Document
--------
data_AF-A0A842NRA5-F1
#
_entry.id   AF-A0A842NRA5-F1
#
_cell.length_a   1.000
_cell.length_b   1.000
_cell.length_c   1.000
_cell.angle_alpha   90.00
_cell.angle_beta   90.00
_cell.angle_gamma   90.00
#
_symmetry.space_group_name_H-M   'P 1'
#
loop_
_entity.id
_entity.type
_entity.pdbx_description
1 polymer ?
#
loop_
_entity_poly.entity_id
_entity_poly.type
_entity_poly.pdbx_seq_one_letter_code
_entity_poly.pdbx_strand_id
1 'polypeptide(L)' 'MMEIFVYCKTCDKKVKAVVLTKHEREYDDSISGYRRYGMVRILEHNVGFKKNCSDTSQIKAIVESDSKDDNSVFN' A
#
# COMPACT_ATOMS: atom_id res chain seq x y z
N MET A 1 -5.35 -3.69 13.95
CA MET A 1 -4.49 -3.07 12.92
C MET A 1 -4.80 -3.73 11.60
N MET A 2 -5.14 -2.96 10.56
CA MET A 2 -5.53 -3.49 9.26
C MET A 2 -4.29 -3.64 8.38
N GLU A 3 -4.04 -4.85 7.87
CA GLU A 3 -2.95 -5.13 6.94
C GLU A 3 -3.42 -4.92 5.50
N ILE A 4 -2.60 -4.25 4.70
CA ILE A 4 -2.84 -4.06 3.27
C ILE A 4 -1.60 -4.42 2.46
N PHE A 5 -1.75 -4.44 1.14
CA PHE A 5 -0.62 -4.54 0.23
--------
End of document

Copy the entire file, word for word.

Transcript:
data_AF-A0A842NRA5-F1
#
_entry.id   AF-A0A842NRA5-F1
#
_cell.length_a   1.000
_cell.length_b   1.000
_cell.length_c   1.000
_cell.angle_alpha   90.00
_cell.angle_beta   90.00
_cell.angle_gamma   90.00
#
_symmetry.space_group_name_H-M   'P 1'
#
loop_
_entity.id
_entity.type
_entity.pdbx_description
1 polymer ?
#
loop_
_entity_poly.entity_id
_entity_poly.type
_entity_poly.pdbx_seq_one_letter_code
_entity_poly.pdbx_strand_id
1 'polypeptide(L)' 'MMEIFVYCKTCDKKVKAVVLTKHEREYDDSISGYRRYGMVRILEHNVGFKKNCSDTSQIKAIVESDSKDDNSVFN' A
#
# COMPACT_ATOMS: atom_id res chain seq x y z
N MET A 1 -5.35 -3.69 13.95
CA MET A 1 -4.49 -3.07 12.92
C MET A 1 -4.80 -3.73 11.60
N MET A 2 -5.14 -2.96 10.56
CA MET A 2 -5.53 -3.49 9.26
C MET A 2 -4.29 -3.64 8.38
N GLU A 3 -4.04 -4.85 7.87
CA GLU A 3 -2.95 -5.13 6.94
C GLU A 3 -3.42 -4.92 5.50
N ILE A 4 -2.60 -4.25 4.70
CA ILE A 4 -2.84 -4.06 3.27
C ILE A 4 -1.60 -4.42 2.46
N PHE A 5 -1.75 -4.44 1.14
CA PHE A 5 -0.62 -4.54 0.23